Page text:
The ancient Romans considered jewellery to be an essential accessory, for it provided a public display of their wealth. Roman jewellery at first followed trends set by the Etruscans, using gold and glass beads, but as the power and spread of the Roman Empire increased, so too did jewellery designs became increasingly elaborate. Different cultural styles from Greece, Egypt, North Africa, and the Orient were all incorporated to reflect Rome’s prosperity as a dominant, conquering city. The wide range of natural resources enabled artisans to create ostentatious jewellery using a diverse selection of materials: this increasingly included sapphires, diamonds, emeralds, garnet and amber from India, and pearls (which were particularly prized). Archaeological finds of Roman jewellery are relatively rare, considering the magnitude of Roman civilisation, and the historical and geographical span of the Empire.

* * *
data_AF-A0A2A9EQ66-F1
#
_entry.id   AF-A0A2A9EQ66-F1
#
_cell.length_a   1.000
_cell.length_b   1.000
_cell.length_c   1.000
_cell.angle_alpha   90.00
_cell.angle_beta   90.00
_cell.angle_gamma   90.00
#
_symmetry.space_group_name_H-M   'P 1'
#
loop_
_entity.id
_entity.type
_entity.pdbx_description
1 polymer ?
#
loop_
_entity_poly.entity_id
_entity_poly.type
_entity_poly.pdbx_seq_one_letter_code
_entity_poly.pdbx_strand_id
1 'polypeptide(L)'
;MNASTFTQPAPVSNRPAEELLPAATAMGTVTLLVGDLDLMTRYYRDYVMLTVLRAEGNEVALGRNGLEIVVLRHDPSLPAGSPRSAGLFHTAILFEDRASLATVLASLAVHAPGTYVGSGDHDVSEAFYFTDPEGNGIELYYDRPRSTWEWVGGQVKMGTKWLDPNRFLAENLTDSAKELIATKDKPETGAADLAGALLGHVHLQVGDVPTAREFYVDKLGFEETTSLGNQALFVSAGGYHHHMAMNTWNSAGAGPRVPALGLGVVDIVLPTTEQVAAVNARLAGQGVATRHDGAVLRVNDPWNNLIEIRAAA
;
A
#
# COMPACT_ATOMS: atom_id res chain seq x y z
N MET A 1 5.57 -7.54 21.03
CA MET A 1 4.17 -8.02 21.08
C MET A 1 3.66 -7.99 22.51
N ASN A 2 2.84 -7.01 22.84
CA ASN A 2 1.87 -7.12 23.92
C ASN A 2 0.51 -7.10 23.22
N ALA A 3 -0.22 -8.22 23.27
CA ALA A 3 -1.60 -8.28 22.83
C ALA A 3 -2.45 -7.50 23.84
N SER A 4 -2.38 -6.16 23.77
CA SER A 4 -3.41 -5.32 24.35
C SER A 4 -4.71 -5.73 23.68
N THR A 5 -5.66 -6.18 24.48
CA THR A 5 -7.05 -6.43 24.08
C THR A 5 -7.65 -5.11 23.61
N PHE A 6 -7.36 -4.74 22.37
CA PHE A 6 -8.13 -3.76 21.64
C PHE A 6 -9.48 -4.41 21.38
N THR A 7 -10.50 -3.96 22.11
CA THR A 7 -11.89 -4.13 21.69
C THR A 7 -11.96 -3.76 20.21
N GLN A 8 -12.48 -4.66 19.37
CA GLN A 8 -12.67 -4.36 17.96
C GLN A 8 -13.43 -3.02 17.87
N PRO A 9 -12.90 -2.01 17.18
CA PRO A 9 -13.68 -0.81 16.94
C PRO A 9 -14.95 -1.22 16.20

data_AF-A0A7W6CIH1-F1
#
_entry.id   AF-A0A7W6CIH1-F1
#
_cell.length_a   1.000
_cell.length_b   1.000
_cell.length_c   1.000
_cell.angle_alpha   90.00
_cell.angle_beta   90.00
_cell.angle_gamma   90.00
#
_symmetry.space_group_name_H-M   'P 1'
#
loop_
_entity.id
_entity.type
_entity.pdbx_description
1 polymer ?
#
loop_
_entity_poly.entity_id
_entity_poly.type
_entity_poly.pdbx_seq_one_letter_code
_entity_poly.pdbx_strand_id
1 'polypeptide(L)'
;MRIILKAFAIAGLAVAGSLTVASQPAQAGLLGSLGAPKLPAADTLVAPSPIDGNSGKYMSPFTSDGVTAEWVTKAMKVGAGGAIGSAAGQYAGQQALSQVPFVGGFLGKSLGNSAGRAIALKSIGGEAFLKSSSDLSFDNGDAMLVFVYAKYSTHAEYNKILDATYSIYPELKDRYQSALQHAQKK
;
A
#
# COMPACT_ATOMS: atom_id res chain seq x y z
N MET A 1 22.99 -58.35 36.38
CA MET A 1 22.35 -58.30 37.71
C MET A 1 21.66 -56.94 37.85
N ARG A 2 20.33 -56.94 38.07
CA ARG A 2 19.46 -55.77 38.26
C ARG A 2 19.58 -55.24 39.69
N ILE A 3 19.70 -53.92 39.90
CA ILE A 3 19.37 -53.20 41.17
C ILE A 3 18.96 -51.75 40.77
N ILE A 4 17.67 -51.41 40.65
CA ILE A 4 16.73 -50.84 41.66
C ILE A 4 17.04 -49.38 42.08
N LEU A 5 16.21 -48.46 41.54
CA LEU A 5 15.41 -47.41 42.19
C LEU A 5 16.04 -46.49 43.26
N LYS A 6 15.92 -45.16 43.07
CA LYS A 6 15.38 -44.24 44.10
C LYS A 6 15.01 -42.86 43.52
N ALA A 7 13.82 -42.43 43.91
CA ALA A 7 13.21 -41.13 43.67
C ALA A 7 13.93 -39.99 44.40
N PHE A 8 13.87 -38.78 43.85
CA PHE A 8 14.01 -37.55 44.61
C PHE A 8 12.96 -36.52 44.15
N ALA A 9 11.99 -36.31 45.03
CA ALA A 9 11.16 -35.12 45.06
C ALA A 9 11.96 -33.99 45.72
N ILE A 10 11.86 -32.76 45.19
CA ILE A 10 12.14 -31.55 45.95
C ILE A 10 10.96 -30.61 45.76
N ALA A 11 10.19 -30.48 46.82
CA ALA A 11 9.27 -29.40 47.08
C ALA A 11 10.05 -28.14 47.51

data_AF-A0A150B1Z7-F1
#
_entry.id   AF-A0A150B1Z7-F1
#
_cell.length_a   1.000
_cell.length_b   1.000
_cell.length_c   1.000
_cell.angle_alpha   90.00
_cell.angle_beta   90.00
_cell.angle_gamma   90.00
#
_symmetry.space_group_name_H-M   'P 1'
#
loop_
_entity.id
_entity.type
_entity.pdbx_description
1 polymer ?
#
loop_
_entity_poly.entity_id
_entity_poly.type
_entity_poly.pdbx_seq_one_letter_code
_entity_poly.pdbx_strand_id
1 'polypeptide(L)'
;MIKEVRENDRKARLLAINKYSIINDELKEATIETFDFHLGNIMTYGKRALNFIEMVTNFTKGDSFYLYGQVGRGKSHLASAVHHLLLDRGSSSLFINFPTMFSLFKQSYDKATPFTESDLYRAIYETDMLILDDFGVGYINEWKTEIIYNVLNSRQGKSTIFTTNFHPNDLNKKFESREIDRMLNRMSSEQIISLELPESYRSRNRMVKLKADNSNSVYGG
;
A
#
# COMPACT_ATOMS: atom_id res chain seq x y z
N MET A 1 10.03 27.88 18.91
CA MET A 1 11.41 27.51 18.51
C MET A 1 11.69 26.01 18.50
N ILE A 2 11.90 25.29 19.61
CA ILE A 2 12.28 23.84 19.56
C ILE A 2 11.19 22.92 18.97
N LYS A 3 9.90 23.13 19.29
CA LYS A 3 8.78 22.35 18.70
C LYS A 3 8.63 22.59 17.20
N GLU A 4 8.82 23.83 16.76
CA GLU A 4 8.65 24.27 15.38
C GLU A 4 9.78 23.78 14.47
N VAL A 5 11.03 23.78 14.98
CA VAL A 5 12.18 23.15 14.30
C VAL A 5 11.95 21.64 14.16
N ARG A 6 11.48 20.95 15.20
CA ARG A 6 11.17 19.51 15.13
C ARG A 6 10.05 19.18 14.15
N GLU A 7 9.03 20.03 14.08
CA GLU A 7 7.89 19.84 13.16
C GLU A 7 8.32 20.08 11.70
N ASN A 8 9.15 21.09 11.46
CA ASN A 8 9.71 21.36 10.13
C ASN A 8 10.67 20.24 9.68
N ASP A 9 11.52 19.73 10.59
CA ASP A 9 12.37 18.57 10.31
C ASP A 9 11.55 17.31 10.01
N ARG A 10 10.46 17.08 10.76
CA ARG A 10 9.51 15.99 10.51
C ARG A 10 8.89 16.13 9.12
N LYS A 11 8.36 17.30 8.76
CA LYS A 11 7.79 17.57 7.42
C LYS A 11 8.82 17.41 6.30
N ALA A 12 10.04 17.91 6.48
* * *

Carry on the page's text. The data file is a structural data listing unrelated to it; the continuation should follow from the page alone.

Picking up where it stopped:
Earrings of this kind were known as ‘crotalia’ (from the Greek word for ‘rattle’ or ‘castanets’) because the pearl pendants would produce a jingling noise when worn. They were extremely popular with Roman ladies, and numerous examples have been found at Pompeii and Herculaneum.
In Greek and Roman mythology, Hades gave pomegranate seeds to Persephone as a token of safety. Pomegranate seeds were often associated with the garnet stone, which became a typical gift given upon departure for travel. When given in this context, the garnet stone was believed to grant a quick and safe return, and to eradicate the emotional distance between separated lovers.